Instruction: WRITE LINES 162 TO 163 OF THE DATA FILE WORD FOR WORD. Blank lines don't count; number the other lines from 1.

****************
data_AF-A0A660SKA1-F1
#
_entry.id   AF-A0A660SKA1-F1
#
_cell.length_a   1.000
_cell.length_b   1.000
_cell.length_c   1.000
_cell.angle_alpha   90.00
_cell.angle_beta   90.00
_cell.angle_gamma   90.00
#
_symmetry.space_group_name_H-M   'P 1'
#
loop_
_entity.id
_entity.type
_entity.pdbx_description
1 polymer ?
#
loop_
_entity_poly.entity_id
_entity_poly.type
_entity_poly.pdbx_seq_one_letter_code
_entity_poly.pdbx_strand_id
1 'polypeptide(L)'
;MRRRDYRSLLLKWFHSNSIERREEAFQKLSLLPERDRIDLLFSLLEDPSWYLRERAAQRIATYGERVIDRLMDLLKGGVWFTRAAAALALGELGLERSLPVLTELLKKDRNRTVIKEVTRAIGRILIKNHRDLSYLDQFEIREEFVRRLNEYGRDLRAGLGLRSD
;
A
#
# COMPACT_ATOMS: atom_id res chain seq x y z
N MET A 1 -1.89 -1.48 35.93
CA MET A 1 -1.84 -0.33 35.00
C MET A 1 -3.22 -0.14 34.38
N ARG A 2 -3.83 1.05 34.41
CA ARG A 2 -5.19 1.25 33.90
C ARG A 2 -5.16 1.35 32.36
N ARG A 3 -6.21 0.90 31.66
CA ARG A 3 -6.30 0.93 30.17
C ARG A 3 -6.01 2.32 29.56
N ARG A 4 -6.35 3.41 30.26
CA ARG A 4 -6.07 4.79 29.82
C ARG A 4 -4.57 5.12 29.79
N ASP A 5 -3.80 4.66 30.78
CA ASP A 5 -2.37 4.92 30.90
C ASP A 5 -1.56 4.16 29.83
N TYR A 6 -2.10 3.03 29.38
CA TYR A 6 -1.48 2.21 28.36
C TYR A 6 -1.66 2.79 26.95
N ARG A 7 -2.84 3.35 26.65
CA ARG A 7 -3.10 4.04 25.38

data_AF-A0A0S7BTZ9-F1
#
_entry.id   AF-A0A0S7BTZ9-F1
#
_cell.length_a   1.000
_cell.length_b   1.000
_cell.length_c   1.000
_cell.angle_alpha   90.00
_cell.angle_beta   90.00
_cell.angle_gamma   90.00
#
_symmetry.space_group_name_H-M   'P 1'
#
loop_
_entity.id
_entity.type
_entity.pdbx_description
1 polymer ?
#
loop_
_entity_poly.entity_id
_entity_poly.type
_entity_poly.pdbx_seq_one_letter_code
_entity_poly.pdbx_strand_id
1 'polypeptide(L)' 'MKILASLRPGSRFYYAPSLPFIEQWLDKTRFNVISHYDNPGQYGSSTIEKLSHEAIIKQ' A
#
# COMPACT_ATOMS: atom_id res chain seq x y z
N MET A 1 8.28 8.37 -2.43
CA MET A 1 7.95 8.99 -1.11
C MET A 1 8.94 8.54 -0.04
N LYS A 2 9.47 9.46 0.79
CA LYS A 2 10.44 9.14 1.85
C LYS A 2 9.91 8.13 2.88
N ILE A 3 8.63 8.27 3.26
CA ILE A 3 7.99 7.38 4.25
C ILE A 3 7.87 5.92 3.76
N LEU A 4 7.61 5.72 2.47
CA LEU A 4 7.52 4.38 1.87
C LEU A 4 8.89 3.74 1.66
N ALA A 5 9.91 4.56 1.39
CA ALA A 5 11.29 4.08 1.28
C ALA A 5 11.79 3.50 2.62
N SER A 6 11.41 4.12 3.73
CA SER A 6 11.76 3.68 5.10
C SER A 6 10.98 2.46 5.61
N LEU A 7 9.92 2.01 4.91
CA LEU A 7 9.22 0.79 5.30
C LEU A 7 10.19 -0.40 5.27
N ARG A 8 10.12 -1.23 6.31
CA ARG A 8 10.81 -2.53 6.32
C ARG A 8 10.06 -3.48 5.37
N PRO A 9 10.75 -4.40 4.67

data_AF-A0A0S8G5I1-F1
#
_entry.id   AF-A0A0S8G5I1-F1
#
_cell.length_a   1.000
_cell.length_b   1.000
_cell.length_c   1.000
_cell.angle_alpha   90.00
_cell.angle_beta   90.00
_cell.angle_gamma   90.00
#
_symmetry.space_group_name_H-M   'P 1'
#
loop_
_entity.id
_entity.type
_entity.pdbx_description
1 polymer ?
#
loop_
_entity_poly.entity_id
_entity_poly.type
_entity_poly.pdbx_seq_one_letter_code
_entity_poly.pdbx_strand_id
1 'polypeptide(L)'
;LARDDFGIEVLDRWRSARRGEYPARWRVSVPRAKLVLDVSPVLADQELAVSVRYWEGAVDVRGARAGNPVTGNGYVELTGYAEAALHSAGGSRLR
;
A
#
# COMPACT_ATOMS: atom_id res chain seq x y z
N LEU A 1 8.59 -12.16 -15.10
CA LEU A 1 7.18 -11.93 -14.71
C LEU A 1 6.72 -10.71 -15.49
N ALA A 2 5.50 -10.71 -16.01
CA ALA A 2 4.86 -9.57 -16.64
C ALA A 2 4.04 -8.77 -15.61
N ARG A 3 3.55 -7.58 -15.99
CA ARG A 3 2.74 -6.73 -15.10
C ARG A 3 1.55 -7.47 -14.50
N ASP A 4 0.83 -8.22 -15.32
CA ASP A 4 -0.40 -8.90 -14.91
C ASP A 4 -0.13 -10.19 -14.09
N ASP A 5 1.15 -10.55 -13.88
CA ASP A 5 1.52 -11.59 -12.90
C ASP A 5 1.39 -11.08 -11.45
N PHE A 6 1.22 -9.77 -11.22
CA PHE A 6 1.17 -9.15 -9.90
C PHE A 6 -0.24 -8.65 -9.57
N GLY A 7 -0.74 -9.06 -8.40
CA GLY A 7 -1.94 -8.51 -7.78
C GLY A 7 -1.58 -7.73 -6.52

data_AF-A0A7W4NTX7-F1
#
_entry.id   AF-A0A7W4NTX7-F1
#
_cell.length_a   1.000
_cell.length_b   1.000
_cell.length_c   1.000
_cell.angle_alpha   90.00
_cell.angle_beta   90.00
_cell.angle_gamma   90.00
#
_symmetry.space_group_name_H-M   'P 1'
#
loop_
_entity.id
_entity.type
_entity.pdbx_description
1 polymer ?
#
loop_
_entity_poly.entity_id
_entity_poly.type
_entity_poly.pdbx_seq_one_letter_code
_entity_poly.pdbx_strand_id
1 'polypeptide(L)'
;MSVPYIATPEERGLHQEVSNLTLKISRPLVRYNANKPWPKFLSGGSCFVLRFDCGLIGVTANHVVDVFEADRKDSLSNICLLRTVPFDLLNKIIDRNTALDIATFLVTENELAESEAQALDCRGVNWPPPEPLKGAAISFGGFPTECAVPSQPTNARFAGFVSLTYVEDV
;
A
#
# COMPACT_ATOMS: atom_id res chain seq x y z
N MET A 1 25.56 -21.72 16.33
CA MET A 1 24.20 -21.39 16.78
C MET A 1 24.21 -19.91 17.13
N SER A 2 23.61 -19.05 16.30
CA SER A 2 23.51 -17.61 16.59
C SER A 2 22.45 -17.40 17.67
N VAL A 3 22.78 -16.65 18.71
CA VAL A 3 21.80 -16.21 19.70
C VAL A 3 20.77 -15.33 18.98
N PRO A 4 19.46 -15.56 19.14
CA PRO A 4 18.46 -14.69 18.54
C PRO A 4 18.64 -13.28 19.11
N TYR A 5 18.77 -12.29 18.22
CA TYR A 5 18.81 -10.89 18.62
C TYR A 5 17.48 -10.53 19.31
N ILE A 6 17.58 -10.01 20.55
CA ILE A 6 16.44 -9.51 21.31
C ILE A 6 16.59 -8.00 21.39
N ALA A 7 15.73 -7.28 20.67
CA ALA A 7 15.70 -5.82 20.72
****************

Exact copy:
_cell.angle_beta   90.00
_cell.angle_gamma   90.00